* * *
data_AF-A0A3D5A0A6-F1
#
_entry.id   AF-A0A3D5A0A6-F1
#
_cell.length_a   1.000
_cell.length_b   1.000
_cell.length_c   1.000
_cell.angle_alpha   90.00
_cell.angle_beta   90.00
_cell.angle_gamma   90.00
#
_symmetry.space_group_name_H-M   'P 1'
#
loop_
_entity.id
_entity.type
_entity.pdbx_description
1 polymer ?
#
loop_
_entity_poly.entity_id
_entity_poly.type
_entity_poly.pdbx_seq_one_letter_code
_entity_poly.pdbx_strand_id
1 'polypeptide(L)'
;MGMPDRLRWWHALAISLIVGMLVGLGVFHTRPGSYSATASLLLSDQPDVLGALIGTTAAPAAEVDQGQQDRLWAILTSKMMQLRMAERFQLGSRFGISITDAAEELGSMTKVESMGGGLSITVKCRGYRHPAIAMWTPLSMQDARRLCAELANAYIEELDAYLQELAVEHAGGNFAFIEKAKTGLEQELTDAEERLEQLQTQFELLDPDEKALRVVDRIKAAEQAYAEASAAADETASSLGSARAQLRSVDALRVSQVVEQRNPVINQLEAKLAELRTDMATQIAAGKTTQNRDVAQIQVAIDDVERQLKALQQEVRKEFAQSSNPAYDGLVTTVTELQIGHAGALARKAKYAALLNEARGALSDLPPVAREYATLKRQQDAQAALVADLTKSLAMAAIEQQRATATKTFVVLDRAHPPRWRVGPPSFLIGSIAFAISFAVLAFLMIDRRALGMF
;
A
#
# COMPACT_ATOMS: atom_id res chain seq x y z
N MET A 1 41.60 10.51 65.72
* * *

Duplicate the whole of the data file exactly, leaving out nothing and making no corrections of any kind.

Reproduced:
data_AF-A0A3D5A0A6-F1
#
_entry.id   AF-A0A3D5A0A6-F1
#
_cell.length_a   1.000
_cell.length_b   1.000
_cell.length_c   1.000
_cell.angle_alpha   90.00
_cell.angle_beta   90.00
_cell.angle_gamma   90.00
#
_symmetry.space_group_name_H-M   'P 1'
#
loop_
_entity.id
_entity.type
_entity.pdbx_description
1 polymer ?
#
loop_
_entity_poly.entity_id
_entity_poly.type
_entity_poly.pdbx_seq_one_letter_code
_entity_poly.pdbx_strand_id
1 'polypeptide(L)'
;MGMPDRLRWWHALAISLIVGMLVGLGVFHTRPGSYSATASLLLSDQPDVLGALIGTTAAPAAEVDQGQQDRLWAILTSKMMQLRMAERFQLGSRFGISITDAAEELGSMTKVESMGGGLSITVKCRGYRHPAIAMWTPLSMQDARRLCAELANAYIEELDAYLQELAVEHAGGNFAFIEKAKTGLEQELTDAEERLEQLQTQFELLDPDEKALRVVDRIKAAEQAYAEASAAADETASSLGSARAQLRSVDALRVSQVVEQRNPVINQLEAKLAELRTDMATQIAAGKTTQNRDVAQIQVAIDDVERQLKALQQEVRKEFAQSSNPAYDGLVTTVTELQIGHAGALARKAKYAALLNEARGALSDLPPVAREYATLKRQQDAQAALVADLTKSLAMAAIEQQRATATKTFVVLDRAHPPRWRVGPPSFLIGSIAFAISFAVLAFLMIDRRALGMF
;
A
#
# COMPACT_ATOMS: atom_id res chain seq x y z
N MET A 1 41.60 10.51 65.72